Sunday, January 10, 2010

La Vieille Ferme Côtes-du-Ventoux

I had picked a white wine to pair with this evening's roasted chicken, but at the last minute decided to try another red.

I know that white is the usual partner for chicken, but during the summers in France, we don't stand on ceremony when it comes to wine. Besides, a red seemed like the right choice for a cold winter evening and a chicken roasted with potatoes and root vegetables.

This evening I tried La Vieille Ferme Cote du Ventoux, and loved it! It's a perfect table wine, and I would pair it with beef and certain chicken dishes. In fact, that's what I think the rooster and the hen on the label are really talking about.

This bottle was a 2008 vintage; if I understand it correctly, the grapes for this wine were picked in 2008, kept in vats or oak barrels for ten months, then bottled in July 2009. This might explain why this bottle of La Vieille Ferme Cote du Ventoux wasn't as full-bodied as some reds, which makes me think I would like to try one of the earlier vintages.

I picked-up this bottle at my local Safeway for $6.98, which was well within my $10 limit. Now I'm wishing I had picked up two.

10 comments:

  1. I can still pick up the 2007 and sometimes the 2006 and yes, the earlier ones are nice. We served this at our wedding in the summer and funny enough when we go to our friends homes for dinner, this is what they have on the table!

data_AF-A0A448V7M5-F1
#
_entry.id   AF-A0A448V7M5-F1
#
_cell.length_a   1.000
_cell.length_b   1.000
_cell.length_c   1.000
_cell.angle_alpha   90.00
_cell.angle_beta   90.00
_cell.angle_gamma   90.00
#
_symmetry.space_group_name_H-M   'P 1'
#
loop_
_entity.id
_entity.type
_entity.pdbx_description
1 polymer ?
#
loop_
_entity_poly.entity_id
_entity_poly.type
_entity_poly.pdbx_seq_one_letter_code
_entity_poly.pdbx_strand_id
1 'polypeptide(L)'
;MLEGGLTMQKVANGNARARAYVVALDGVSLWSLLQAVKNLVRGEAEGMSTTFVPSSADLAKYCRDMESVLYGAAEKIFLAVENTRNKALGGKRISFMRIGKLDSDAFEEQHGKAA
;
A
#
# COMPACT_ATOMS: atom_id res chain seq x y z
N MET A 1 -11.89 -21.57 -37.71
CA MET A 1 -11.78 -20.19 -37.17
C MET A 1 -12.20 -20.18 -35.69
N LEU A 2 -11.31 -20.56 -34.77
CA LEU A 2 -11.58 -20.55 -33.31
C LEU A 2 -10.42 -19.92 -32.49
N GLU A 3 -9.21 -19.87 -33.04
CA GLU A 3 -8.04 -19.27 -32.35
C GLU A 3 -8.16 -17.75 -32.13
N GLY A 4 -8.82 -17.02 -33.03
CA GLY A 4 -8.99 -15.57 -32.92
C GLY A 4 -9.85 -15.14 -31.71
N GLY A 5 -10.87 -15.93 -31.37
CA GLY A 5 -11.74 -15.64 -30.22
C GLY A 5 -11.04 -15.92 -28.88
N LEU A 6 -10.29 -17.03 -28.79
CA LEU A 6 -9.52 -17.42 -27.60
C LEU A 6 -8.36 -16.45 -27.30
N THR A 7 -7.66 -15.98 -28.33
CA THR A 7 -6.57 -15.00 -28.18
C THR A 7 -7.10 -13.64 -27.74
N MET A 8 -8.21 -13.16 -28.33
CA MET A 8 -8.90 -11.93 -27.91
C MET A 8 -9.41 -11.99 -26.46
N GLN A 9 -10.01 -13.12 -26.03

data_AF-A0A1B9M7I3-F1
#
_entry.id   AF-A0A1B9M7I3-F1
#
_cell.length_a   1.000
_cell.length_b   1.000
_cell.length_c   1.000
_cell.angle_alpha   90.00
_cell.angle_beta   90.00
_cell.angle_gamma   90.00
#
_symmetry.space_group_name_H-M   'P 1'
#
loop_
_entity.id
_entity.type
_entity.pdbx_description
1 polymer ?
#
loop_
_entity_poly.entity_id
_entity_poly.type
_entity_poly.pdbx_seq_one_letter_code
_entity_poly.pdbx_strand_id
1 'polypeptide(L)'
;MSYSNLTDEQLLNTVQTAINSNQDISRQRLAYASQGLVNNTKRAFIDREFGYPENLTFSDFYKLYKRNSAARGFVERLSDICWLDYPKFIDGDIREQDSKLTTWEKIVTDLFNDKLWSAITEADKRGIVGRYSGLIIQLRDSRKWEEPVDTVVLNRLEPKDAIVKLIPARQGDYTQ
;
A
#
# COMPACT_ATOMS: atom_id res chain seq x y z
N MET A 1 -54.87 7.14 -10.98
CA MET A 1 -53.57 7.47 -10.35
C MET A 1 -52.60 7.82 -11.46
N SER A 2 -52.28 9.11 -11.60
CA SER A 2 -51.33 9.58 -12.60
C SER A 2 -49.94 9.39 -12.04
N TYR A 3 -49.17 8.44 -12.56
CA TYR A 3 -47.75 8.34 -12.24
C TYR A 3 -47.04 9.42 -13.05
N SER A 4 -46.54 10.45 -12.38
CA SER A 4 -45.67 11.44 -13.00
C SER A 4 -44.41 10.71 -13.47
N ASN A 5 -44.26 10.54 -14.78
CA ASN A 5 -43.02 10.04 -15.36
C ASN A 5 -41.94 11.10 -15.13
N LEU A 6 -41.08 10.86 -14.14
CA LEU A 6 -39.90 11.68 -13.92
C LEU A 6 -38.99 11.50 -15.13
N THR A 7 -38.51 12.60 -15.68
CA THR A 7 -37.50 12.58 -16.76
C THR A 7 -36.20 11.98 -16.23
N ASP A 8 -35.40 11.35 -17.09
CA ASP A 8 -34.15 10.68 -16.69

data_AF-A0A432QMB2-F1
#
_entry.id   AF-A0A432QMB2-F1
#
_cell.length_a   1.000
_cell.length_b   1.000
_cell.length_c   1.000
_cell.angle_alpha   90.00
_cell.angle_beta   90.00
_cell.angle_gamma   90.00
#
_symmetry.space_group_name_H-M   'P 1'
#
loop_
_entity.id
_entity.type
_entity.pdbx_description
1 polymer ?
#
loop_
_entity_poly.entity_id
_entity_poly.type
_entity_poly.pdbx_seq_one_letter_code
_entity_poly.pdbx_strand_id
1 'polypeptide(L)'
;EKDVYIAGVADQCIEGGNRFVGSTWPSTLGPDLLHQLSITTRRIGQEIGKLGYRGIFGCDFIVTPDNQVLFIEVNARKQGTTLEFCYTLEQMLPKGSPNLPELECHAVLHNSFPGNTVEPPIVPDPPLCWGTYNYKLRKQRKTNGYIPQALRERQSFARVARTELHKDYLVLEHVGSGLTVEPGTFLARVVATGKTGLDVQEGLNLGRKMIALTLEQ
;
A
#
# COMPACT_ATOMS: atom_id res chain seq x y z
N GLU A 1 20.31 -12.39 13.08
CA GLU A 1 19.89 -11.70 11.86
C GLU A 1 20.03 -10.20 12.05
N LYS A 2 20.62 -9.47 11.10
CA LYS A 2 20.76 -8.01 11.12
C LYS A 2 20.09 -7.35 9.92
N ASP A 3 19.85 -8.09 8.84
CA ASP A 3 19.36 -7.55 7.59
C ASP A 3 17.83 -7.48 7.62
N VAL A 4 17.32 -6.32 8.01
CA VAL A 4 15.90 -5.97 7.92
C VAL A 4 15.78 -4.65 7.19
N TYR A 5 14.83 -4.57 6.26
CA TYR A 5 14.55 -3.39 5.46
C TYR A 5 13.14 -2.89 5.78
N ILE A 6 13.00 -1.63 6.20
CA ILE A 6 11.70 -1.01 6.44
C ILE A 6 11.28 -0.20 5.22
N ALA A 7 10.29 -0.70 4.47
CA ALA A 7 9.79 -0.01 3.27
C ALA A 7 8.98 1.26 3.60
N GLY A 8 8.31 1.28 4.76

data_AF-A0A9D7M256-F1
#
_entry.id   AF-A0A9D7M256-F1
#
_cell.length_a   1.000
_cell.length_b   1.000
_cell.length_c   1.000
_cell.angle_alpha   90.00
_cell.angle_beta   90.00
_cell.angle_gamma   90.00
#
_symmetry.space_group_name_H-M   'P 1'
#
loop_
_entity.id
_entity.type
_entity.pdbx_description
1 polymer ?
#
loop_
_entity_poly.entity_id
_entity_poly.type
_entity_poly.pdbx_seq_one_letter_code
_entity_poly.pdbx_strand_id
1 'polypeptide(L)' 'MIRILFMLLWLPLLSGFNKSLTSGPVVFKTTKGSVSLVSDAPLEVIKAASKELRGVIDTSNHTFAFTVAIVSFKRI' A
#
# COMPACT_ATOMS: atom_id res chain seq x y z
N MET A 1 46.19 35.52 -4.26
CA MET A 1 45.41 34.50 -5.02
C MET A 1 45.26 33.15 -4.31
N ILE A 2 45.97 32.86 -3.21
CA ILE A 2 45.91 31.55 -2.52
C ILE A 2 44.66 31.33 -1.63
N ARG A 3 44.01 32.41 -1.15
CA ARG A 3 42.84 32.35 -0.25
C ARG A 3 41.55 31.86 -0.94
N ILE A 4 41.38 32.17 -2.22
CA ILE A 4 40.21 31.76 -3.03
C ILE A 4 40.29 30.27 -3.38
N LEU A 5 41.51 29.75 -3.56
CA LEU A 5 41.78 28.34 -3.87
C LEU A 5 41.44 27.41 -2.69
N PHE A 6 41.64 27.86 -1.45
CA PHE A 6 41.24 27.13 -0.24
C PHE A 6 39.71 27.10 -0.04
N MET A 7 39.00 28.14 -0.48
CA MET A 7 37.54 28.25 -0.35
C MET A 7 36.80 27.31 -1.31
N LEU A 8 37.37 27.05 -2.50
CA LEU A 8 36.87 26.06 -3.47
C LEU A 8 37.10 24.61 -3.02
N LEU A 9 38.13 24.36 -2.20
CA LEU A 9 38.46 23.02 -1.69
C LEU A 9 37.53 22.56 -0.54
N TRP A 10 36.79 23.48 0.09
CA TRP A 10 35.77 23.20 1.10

Glad you enjoyed it!
    ~Andrea~

    ReplyDelete
  2. Andrea, I was a little skeptical because of the screw top, but after tasting it, I was persuaded. What a great find!

    ReplyDelete
  3. Bet it was delicious - funnily enough this last weekend we have enjoyed a Vielle Ferme Rose (with the temperatures HOT, HOT, HOT) here in Australia) It was great...and I too love the motif on the label..!
    Please see my last post dated 10 January - I have nominated you a 'Kreativ Blogger' award... !

    ReplyDelete
  4. I love the label on this one and the previous one! K

    ReplyDelete
  5. Yes, it wasn't always that way, I was a little miffed about that too!

    ReplyDelete
  6. I love red wine with chicken...especially a nice light pinot.

    It is still a common misconception the screw-top wine bottles indicate cheap wine but in fact more and more prestigious winemakers are using screw caps because they provide an airtight seal, which prevents wine from oxidizing, and because of the occasional issue with wines that are “corked” -- a tainted flavor or smell in wine attributed to a chemical sometimes found in cork. In New Zealand (a country that produces some of my favorite wines) nearly 90% of of the wine are sold in screw-top bottles. it may not be as "romantic" as cork but it seems that more and more wineries are finding it the better option.

    ReplyDelete
  7. Good to know. I will pass this label along to my husband, who's always on the lookout for a cheap thrill in red wines. (I myself cannot drink it without getting a headache. Some Francophile I am.)

    ReplyDelete
  8. Screw tops are becoming more and more popular with inexpensive and moderately priced French wines. Australian wines also use them more often than not. Not sure why the switch, but at least it saves me the embarrassment of a bottle that has cork IN it.

    ReplyDelete
  9. Thanks Euro Chic, and (my sister) Darcy. I knew that screw tops were being used more frequently, but didn't know it was a French thing, too. When it comes to wine, I associate the French with such great tradition and pride, so a screw top didn't fit the picture.

    ReplyDelete
  10. I love this bottle! I would have tried it just for that!

    ReplyDelete